Fungi, like bacteria, are fundamental for life on Earth. It’s fungi that broke down rocks into soil to create the planet as we know it. On a less planetary level, fungi are the reason we have bread, or beer, or bio-diesel. It’s also the only organism known to science that can break down plastic.

“Fungi did not come to destroy us,” Chakrabarti said. “We have done this to ourselves through global warming. There will be havoc, and very soon.”

What would that “havoc”—a deadly fungal outbreak—look like? We don’t need to imagine it, or resort to science fiction like the video game and TV series The Last of Us, because it has already happened in India.

In 2021, just as the lethal Delta wave of Covid-19 was abating, doctors in hospitals across India were startled to discover that an outbreak of mucormycosis, erroneously given the popular moniker “black fungus”, had begun.

India is no stranger to mucormycosis—it is the country with the highest rate of this rare infection (more than 70 per cent of global mucormycosis cases are in India). It has a mortality rate of over 50 per cent.

Even then, doctors view mucormycosis as a truly rare disease, because it infects only the severely immunocompromised, like organ recipients. There has never been an outbreak of the infection in India, till the Delta wave, where even the general population, their immunities hammered by both Covid-19 and the large-scale use of steroids against the disease, became vulnerable to fungal infections. An estimated 50,000 people were hospitalised with mucormycosis, and over 4,500 deaths were recorded.

Through detailed interviews with a group of doctors at a major hospital in New Delhi who were at the frontline of the battle against mucormycosis, a survivor of the infection and her family, and experts like Chakrabarti, who headed India’s mucormycosis task force, here is a look at what it was like to be inside the outbreak.

Also Read: Taking diabetes pill metformin after SARS-CoV-2 infection ‘reduces long Covid symptoms in 40% patients’

What is mucormycosis?

Mucormycosis is a rare fungal disease that is caused by the growth of fungus belonging to the Mucorale family inside the human body. It may be rare, but it’s deadly. Mucorale fungi are actually all around us—it’s in the soil, it’s in the air, it helps leaves decay, and we are all inhaling the fungal spores all the time. 

“Our immune system clears it easily, so it doesn’t harm us,” said Dr Jatin Ahuja, an infectious diseases specialist who was in charge of the Covid-Associated-Mucormycosis (CAM) protocol for Apollo Hospital in New Delhi. “But untreated diabetes, long use of steroids to suppress immune function, transplant surgeries, chemotherapy…these are things that can lower immunity to a level where mucormycosis can infect a person. Aspergillus is another common fungus that behaves the same way, but mucormycosis spreads much faster.”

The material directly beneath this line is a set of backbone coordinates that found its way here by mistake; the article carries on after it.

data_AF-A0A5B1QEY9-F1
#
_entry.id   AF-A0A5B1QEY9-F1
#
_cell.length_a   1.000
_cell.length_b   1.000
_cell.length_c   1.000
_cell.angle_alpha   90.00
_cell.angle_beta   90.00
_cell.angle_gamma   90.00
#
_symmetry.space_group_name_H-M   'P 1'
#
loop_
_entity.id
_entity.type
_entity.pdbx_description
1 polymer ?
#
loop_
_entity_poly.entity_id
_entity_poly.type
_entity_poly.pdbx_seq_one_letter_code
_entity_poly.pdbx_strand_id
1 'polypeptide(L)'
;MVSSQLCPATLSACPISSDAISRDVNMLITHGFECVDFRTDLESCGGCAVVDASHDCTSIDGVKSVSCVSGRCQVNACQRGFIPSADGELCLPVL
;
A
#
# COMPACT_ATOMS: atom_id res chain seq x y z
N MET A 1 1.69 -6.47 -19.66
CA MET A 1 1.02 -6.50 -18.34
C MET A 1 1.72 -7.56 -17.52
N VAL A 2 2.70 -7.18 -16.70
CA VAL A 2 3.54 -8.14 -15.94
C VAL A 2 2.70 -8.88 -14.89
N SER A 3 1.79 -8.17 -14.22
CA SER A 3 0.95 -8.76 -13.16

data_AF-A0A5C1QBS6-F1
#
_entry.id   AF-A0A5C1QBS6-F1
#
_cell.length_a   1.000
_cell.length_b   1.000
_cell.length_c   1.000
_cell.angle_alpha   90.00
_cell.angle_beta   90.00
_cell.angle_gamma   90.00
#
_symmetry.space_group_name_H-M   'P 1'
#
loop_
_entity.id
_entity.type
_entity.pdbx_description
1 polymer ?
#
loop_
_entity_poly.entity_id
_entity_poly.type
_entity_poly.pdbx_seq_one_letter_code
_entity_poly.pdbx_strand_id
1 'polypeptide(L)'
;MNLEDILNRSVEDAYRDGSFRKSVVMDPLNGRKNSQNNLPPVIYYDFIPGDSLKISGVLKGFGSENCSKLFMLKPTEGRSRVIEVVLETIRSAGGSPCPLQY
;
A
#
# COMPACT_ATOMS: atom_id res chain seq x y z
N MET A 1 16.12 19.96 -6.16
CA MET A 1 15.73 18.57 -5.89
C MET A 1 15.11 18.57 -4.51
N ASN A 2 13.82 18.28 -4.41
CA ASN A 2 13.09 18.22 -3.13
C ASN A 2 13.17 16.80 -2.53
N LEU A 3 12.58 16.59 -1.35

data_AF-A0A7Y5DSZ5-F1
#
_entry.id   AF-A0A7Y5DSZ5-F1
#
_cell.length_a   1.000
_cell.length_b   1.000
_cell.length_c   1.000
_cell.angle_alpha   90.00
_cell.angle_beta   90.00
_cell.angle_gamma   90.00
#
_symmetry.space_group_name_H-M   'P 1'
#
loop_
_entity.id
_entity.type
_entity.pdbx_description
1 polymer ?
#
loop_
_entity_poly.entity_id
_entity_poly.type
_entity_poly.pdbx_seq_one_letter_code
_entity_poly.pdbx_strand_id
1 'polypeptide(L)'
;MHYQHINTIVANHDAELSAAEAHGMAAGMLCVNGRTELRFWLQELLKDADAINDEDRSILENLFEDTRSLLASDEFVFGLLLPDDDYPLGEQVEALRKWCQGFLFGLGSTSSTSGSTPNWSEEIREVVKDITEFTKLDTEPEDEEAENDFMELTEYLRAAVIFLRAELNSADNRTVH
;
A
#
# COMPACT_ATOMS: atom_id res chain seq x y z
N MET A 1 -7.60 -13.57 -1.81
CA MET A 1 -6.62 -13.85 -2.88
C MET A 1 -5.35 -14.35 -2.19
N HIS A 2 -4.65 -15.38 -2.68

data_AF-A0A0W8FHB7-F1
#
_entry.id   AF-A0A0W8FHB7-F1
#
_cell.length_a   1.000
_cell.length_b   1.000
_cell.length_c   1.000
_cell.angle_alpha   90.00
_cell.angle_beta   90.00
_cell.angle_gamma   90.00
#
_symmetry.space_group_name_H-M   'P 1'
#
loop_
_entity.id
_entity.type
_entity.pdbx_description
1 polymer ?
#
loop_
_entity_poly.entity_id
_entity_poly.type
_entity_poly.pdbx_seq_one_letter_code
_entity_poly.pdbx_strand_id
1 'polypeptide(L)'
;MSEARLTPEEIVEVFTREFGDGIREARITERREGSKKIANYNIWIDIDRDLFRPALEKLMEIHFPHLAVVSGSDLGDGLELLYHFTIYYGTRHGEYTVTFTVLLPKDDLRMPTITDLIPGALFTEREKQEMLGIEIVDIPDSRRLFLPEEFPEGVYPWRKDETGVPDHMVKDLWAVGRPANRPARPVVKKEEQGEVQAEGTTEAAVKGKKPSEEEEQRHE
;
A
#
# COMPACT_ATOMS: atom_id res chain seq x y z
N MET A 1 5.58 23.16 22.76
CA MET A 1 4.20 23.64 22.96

Both are deadly if left untreated. If it manages to infect a person, the fungus usually takes hold in the nose and moves through the sinus cavity, eating through anything that comes in the way—tissue, bone, vessels.

“From there it moves into the orbital cavity [eyes],” said Dr Ahuja. “Then it follows the optic nerve into the brain. At this stage, it’s usually too late to save the patient.”

Saving someone infected with mucormycosis requires early clinical diagnosis, but that’s hard because the first symptoms are things most people would ignore—facial pain, blocked nose, headaches, red eyes.

“But the fungus can go through the sinus and take the eye out in the space of five days,” said Dr Ahuja.

Once diagnosed, mucormycosis needs aggressive surgical removal, a line of treatment indistinguishable from that for cancer.

“We remove tissue and bone with a good margin because it’s never completely clear how much the fungus has spread,” said Dr Girish Raheja, senior consultant surgeon with Apollo’s ENT department. “And you pray it does not recur.”

Surgeons like Dr Raheja or his colleague Suresh Naruka, usually get called for one or two mucormycosis cases in a year, but during the outbreak, they were overwhelmed.

“I saw 150 cases in those four months,” Dr Naruka said, “and I operated on over a hundred people. I did six orbital extractions [removal of the eye]. Not all patients survived.”

The initial signs that something unusual was happening came as early as February 2020, when the first wave of Covid hit India. Dr Chakrabarti met me in his office, the only operational room in a cavernous hospital in Rishikesh that was closed during the pandemic, and which he has been tasked with reopening. He was at PGI Chandigarh, one of the largest hospitals in north India during the start of the pandemic, where he ran a centre dedicated to fungal diseases. He noticed a sudden spike in Mucormycosis cases.

“Then we got a report that between three eye centres in Bengaluru, they had reported 18 mucormycosis cases,” he said. “Very, very unusual. I started notifying people in my fungal network around the world.”

Dr Chakrabarti runs a group called Fungal Infection Study Forum, and in September 2020, they started a study across 16 hospitals in India and realised that there was double the number of mucormycosis cases compared to the same period in 2019. 

“I’ve never heard of anything like it,” Dr Chakrabarti said.

The research also found that two-thirds of the mucormycosis patients had uncontrolled diabetes, and 80 per cent of the patients had been given increased doses of steroids to treat Covid.

“For the same reasons, aspergillus infections were also on the rise, hospitals were doing sinus surgeries more than ever before,” Dr Chakrabarti said. “As we were finishing the study, the Delta wave was upon us.”